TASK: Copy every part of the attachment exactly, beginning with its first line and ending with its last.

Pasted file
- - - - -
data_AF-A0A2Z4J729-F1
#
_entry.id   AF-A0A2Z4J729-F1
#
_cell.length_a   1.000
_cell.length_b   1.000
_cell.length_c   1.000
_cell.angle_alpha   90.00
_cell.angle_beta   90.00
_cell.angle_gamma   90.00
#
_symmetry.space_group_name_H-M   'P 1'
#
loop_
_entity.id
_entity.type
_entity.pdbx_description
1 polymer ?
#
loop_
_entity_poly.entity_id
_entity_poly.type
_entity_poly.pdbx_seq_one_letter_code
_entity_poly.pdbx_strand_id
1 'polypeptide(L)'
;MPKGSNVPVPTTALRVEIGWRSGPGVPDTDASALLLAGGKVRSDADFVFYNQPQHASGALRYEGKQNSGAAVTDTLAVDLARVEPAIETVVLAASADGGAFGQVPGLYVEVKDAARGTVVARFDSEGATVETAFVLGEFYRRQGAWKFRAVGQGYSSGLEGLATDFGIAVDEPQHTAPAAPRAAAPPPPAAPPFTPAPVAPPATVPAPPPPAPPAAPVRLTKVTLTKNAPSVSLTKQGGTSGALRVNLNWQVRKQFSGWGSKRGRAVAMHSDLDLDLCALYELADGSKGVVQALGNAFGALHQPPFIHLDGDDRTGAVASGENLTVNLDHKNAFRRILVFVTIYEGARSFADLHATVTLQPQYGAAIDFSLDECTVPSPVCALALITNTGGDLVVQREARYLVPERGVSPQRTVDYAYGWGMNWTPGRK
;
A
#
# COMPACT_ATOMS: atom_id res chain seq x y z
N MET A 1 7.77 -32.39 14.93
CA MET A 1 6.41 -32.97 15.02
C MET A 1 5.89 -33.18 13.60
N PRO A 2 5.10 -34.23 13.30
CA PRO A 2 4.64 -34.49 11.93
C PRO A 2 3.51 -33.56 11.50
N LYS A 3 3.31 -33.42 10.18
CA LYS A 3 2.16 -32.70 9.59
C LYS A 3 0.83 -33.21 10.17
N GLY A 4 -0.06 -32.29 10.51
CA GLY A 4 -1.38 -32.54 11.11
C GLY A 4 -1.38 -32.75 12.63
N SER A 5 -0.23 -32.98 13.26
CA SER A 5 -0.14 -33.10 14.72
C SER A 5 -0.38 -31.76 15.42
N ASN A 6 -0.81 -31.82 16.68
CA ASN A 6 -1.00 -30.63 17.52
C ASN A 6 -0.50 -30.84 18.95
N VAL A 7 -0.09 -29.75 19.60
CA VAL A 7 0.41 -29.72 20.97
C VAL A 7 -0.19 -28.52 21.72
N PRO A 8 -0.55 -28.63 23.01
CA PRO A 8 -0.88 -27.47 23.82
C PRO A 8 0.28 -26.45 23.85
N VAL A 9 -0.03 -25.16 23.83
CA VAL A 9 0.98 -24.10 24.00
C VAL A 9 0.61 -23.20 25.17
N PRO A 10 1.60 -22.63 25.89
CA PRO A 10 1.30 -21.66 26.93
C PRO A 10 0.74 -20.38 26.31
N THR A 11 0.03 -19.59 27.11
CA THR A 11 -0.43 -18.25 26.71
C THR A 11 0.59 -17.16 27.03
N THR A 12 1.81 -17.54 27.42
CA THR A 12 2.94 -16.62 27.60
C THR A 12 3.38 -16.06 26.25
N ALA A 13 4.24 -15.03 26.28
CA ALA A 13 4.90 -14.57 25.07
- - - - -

data_AF-A0A2Z4J729-F1
#
_entry.id   AF-A0A2Z4J729-F1
#
_cell.length_a   1.000
_cell.length_b   1.000
_cell.length_c   1.000
_cell.angle_alpha   90.00
_cell.angle_beta   90.00
_cell.angle_gamma   90.00
#
_symmetry.space_group_name_H-M   'P 1'
#
loop_
_entity.id
_entity.type
_entity.pdbx_description
1 polymer ?
#
loop_
_entity_poly.entity_id
_entity_poly.type
_entity_poly.pdbx_seq_one_letter_code
_entity_poly.pdbx_strand_id
1 'polypeptide(L)'
;MPKGSNVPVPTTALRVEIGWRSGPGVPDTDASALLLAGGKVRSDADFVFYNQPQHASGALRYEGKQNSGAAVTDTLAVDLARVEPAIETVVLAASADGGAFGQVPGLYVEVKDAARGTVVARFDSEGATVETAFVLGEFYRRQGAWKFRAVGQGYSSGLEGLATDFGIAVDEPQHTAPAAPRAAAPPPPAAPPFTPAPVAPPATVPAPPPPAPPAAPVRLTKVTLTKNAPSVSLTKQGGTSGALRVNLNWQVRKQFSGWGSKRGRAVAMHSDLDLDLCALYELADGSKGVVQALGNAFGALHQPPFIHLDGDDRTGAVASGENLTVNLDHKNAFRRILVFVTIYEGARSFADLHATVTLQPQYGAAIDFSLDECTVPSPVCALALITNTGGDLVVQREARYLVPERGVSPQRTVDYAYGWGMNWTPGRK
;
A
#
# COMPACT_ATOMS: atom_id res chain seq x y z
N MET A 1 7.77 -32.39 14.93
CA MET A 1 6.41 -32.97 15.02
C MET A 1 5.89 -33.18 13.60
N PRO A 2 5.10 -34.23 13.30
CA PRO A 2 4.64 -34.49 11.93
C PRO A 2 3.51 -33.56 11.50
N LYS A 3 3.31 -33.42 10.18
CA LYS A 3 2.16 -32.70 9.59
C LYS A 3 0.83 -33.21 10.17
N GLY A 4 -0.06 -32.29 10.51
CA GLY A 4 -1.38 -32.54 11.11
C GLY A 4 -1.38 -32.75 12.63
N SER A 5 -0.23 -32.98 13.26
CA SER A 5 -0.14 -33.10 14.72
C SER A 5 -0.38 -31.76 15.42
N ASN A 6 -0.81 -31.82 16.68
CA ASN A 6 -1.00 -30.63 17.52
C ASN A 6 -0.50 -30.84 18.95
N VAL A 7 -0.09 -29.75 19.60
CA VAL A 7 0.41 -29.72 20.97
C VAL A 7 -0.19 -28.52 21.72
N PRO A 8 -0.55 -28.63 23.01
CA PRO A 8 -0.88 -27.47 23.82
C PRO A 8 0.28 -26.45 23.85
N VAL A 9 -0.03 -25.16 23.83
CA VAL A 9 0.98 -24.10 24.00
C VAL A 9 0.61 -23.20 25.17
N PRO A 10 1.60 -22.63 25.89
CA PRO A 10 1.30 -21.66 26.93
C PRO A 10 0.74 -20.38 26.31
N THR A 11 0.03 -19.59 27.11
CA THR A 11 -0.43 -18.25 26.71
C THR A 11 0.59 -17.16 27.03
N THR A 12 1.81 -17.54 27.42
CA THR A 12 2.94 -16.62 27.60
C THR A 12 3.38 -16.06 26.25
N ALA A 13 4.24 -15.03 26.28
CA ALA A 13 4.90 -14.57 25.07